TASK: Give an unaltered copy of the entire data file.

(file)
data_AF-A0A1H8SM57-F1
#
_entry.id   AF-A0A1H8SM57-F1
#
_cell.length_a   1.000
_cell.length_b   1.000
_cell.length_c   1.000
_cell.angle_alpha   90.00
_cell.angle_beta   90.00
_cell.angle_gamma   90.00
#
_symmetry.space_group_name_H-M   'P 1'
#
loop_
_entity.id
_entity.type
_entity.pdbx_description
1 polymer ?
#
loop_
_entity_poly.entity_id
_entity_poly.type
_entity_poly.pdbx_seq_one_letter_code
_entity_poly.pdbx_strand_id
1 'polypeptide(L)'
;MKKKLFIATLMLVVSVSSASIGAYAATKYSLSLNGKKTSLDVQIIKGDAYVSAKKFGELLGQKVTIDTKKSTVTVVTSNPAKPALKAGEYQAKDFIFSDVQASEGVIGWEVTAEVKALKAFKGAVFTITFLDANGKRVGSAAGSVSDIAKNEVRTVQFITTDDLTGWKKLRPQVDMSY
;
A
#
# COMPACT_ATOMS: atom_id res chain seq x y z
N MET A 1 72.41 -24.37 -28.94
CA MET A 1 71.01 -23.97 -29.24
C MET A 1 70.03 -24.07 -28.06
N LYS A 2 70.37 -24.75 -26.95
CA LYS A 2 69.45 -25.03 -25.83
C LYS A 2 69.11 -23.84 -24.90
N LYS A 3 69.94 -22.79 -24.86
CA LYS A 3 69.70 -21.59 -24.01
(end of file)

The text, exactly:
data_AF-A0A1H8SM57-F1
#
_entry.id   AF-A0A1H8SM57-F1
#
_cell.length_a   1.000
_cell.length_b   1.000
_cell.length_c   1.000
_cell.angle_alpha   90.00
_cell.angle_beta   90.00
_cell.angle_gamma   90.00
#
_symmetry.space_group_name_H-M   'P 1'
#
loop_
_entity.id
_entity.type
_entity.pdbx_description
1 polymer ?
#
loop_
_entity_poly.entity_id
_entity_poly.type
_entity_poly.pdbx_seq_one_letter_code
_entity_poly.pdbx_strand_id
1 'polypeptide(L)'
;MKKKLFIATLMLVVSVSSASIGAYAATKYSLSLNGKKTSLDVQIIKGDAYVSAKKFGELLGQKVTIDTKKSTVTVVTSNPAKPALKAGEYQAKDFIFSDVQASEGVIGWEVTAEVKALKAFKGAVFTITFLDANGKRVGSAAGSVSDIAKNEVRTVQFITTDDLTGWKKLRPQVDMSY
;
A
#
# COMPACT_ATOMS: atom_id res chain seq x y z
N MET A 1 72.41 -24.37 -28.94
CA MET A 1 71.01 -23.97 -29.24
C MET A 1 70.03 -24.07 -28.06
N LYS A 2 70.37 -24.75 -26.95
CA LYS A 2 69.45 -25.03 -25.83
C LYS A 2 69.11 -23.84 -24.90
N LYS A 3 69.94 -22.79 -24.86
CA LYS A 3 69.70 -21.59 -24.01